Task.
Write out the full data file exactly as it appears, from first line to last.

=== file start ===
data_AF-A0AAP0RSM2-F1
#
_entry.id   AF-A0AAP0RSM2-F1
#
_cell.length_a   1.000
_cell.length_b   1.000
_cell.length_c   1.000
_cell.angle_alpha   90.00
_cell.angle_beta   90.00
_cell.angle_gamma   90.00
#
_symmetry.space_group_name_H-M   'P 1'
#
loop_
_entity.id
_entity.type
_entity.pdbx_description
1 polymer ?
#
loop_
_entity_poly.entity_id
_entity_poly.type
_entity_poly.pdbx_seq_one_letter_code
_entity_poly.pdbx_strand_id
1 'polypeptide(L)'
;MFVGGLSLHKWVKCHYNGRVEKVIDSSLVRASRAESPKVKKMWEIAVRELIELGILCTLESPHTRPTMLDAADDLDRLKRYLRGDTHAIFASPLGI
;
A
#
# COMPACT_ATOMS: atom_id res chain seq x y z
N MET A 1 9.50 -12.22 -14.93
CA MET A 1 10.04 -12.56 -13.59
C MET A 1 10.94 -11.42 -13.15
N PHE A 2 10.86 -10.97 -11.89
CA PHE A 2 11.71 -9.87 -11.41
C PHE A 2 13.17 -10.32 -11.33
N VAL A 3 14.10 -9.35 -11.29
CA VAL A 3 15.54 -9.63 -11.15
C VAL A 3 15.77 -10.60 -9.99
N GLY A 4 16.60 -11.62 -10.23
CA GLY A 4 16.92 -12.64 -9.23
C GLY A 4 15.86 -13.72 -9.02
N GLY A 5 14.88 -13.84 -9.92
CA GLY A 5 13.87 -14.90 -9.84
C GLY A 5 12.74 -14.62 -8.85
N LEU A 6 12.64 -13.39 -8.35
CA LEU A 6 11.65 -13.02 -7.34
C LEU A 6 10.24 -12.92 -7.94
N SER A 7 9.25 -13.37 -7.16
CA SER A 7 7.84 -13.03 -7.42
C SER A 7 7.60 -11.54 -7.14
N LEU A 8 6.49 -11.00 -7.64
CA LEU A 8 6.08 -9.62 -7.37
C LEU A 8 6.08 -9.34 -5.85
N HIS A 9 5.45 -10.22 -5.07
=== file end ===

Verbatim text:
data_AF-A0AAP0RSM2-F1
#
_entry.id   AF-A0AAP0RSM2-F1
#
_cell.length_a   1.000
_cell.length_b   1.000
_cell.length_c   1.000
_cell.angle_alpha   90.00
_cell.angle_beta   90.00
_cell.angle_gamma   90.00
#
_symmetry.space_group_name_H-M   'P 1'
#
loop_
_entity.id
_entity.type
_entity.pdbx_description
1 polymer ?
#
loop_
_entity_poly.entity_id
_entity_poly.type
_entity_poly.pdbx_seq_one_letter_code
_entity_poly.pdbx_strand_id
1 'polypeptide(L)'
;MFVGGLSLHKWVKCHYNGRVEKVIDSSLVRASRAESPKVKKMWEIAVRELIELGILCTLESPHTRPTMLDAADDLDRLKRYLRGDTHAIFASPLGI
;
A
#
# COMPACT_ATOMS: atom_id res chain seq x y z
N MET A 1 9.50 -12.22 -14.93
CA MET A 1 10.04 -12.56 -13.59
C MET A 1 10.94 -11.42 -13.15
N PHE A 2 10.86 -10.97 -11.89
CA PHE A 2 11.71 -9.87 -11.41
C PHE A 2 13.17 -10.32 -11.33
N VAL A 3 14.10 -9.35 -11.29
CA VAL A 3 15.54 -9.63 -11.15
C VAL A 3 15.77 -10.60 -9.99
N GLY A 4 16.60 -11.62 -10.23
CA GLY A 4 16.92 -12.64 -9.23
C GLY A 4 15.86 -13.72 -9.02
N GLY A 5 14.88 -13.84 -9.92
CA GLY A 5 13.87 -14.90 -9.84
C GLY A 5 12.74 -14.62 -8.85
N LEU A 6 12.64 -13.39 -8.35
CA LEU A 6 11.65 -13.02 -7.34
C LEU A 6 10.24 -12.92 -7.94
N SER A 7 9.25 -13.37 -7.16
CA SER A 7 7.84 -13.03 -7.42
C SER A 7 7.60 -11.54 -7.14
N LEU A 8 6.49 -11.00 -7.64
CA LEU A 8 6.08 -9.62 -7.37
C LEU A 8 6.08 -9.34 -5.85
N HIS A 9 5.45 -10.22 -5.07